Extrathoracic Disease More Prevalent in WTC Firefighters with Sarcoidosis Post-9/11, Study Finds
A recent observational study showed that extrathoracic disease has a high incidence in World Trade Center firefighters who developed sarcoidosis following the 9/11 attack in the United States.
The study, “Clinical Course of Sarcoidosis in World Trade Center-Exposed Firefighters,” was published in the journal Chest.
Last year, a study revealed that sarcoidosis is more prevalent among firefighters and emergency medical service responders who took part in recovery and rescue efforts following the 9/11 terrorist attacks on the World Trade Center (WTC) in New York.
The incidence of sarcoidosis in WTC-exposed personnel was found to be 25 per 100,000 person-years, much higher than the average annual prevalence among New York City firefighters (12.9 per 100,000) and among the general population of white men in the U.S. (2.5 to 7.6 per 100,000).
Sarcoidosis is a disease of unknown origin characterized by inflammation and formation of clusters of immune cells, or granulomas, which can affect several organs in the body, especially the lungs, skin, and lymph nodes, and particularly chest lymph nodes. Although its origin isn’t clear, researchers believe sarcoidosis is a product of genetic predisposition and exposure to an environmental trigger that leads to an abnormal inflammatory response.
In firefighters who developed post-9/11 sarcoidosis, researchers identified as possible triggers of the disease the particulate matter, fibers, organic pollutants, gases, combustion byproducts, and metal dust released by WTC fires and rubble.
Few studies have followed the clinical course of sarcoidosis. WTC firefighters represent a unique opportunity to follow the clinical development of incident sarcoidosis over a number of years by taking advantage of the extensive clinical records available for these patients over time.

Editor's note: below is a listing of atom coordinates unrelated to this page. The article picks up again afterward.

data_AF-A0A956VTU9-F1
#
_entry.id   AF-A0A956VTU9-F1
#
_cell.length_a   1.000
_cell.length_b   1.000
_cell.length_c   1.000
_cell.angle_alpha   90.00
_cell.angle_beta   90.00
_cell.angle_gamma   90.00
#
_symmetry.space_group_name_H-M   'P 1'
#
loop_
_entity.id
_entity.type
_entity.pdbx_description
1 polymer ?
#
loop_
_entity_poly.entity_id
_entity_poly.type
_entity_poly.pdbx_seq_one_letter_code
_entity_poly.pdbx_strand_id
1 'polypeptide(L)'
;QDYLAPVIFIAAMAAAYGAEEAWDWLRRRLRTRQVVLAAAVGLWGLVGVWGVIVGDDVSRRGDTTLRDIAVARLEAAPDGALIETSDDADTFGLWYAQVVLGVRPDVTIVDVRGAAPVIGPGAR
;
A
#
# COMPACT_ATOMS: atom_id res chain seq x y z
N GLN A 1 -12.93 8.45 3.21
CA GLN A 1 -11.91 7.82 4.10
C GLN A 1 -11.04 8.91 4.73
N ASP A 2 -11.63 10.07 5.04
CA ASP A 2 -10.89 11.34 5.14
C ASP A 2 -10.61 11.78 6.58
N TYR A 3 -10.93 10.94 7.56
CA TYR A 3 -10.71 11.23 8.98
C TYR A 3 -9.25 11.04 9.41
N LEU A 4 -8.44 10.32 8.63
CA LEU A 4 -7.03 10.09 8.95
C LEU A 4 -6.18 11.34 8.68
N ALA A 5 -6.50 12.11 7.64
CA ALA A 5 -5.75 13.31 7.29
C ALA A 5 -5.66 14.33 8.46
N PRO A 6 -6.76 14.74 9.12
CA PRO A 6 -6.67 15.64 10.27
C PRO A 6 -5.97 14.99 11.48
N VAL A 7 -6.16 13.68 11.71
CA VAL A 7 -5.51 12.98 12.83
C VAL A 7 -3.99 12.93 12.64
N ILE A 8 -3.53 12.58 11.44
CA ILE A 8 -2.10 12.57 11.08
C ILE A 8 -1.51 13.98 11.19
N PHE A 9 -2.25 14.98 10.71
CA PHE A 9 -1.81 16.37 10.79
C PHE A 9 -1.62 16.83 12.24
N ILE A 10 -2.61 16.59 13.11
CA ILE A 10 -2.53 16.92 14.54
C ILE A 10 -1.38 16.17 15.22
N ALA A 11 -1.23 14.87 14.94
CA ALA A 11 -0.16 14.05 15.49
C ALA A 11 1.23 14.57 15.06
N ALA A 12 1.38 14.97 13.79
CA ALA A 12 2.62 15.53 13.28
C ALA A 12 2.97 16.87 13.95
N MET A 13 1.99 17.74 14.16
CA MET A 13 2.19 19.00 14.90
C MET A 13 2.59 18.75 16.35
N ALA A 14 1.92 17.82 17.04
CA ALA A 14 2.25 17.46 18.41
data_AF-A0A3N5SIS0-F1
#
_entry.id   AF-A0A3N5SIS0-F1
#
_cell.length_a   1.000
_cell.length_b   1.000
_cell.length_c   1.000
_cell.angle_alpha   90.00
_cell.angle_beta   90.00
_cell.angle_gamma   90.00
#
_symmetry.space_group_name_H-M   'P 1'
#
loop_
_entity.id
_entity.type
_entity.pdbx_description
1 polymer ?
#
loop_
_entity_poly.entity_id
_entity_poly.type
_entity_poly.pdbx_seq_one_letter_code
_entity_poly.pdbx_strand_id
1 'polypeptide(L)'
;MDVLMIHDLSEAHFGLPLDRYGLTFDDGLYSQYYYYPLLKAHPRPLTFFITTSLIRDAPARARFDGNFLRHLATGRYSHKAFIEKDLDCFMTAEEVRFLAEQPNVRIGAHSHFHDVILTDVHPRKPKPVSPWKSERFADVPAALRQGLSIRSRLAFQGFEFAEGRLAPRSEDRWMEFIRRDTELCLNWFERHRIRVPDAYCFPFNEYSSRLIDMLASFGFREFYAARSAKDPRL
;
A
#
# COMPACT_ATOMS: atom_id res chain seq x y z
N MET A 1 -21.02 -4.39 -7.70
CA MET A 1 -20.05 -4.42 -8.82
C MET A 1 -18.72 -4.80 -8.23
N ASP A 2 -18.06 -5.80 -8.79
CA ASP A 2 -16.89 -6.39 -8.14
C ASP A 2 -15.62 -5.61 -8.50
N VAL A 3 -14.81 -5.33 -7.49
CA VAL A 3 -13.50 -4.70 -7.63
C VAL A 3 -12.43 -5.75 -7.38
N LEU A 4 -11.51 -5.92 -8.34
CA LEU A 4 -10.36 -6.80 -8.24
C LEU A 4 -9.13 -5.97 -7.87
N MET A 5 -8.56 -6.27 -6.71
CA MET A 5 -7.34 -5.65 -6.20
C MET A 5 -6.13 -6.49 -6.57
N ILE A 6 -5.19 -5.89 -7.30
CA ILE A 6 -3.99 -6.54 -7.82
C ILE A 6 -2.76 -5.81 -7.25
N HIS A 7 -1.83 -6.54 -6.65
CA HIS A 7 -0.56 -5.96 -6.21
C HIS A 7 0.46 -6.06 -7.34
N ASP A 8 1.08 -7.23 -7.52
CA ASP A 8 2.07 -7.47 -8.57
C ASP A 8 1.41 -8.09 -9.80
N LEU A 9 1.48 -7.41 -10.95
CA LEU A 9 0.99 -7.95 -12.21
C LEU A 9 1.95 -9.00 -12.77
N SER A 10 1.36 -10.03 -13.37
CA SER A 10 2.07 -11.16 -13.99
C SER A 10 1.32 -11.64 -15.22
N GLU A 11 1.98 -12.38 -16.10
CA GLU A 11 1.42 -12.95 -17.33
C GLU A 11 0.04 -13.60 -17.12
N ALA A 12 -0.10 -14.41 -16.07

The study enrolled 59 firefighters with post-9/11 sarcoidosis and examined the involvement of each organ at follow-up between late 2015 and early 2016, and at the time of diagnosis (eight years prior, on average). Most participants (76 percent) did not receive treatment.
Intrathoracic disease involvement (within the thorax) detected by CT imaging occurred in 24 patients (45 percent). However, lung function was normal for almost all patients and was not associated with intrathoracic involvement.
Over time, researchers noticed that extrathoracic involvement increased from 10 patients at diagnosis to 23 at follow-up, affecting mostly the joints (15 percent) and cardiac systems (16 percent). Eyes (5 percent) and skin (2 percent) also were affected.
Overall, extrathoracic involvement was found to be more prevalent among WTC-exposed patients than in male patients not exposed to the WTC aftermath. WTC-linked sarcoidosis also was shown to be a multisystem disease, whereas other exposure-related granulomatous diseases, such as chronic beryllium disease and hypersensitivity pneumonitis, are confined to the lungs, researchers said.
Other symptoms were present in patients at follow-up, including chronic rhinosinusitis, small-fiber neuropathy, and minor abnormalities of vitamin D/calcium homeostasis.
The study emphasized that including cardiac magnetic resonance imaging (MRI) in the protocol of cardiac evaluation allowed for previously unrecognized cases of cardiac involvement to be identified. In general, only 2 to 7 percent of sarcoidosis patients are diagnosed with cardiac involvement, whereas in this study, abnormal cardiac recordings were found in 16 percent of the patients.
Researchers believe that diagnosis based on cardiac symptoms or conventional cardiac screenings — such as electrocardiogram, echocardiogram, and 48-hour continuous recordings — is likely underestimating the clinical cases of cardiac involvement in sarcoidosis, which is an important shortcoming as these cases can be fatal if left undiagnosed.
“Our results … support the need for advanced cardiac screening in asymptomatic patients with strenuous, stressful, public safety occupations, given the potential fatality of a missed diagnosis,” the researchers wrote. “Given the limited number of longitudinal studies of sarcoidosis, we hope these findings will help guide the management of all patients with sarcoidosis, including those with WTC exposure.”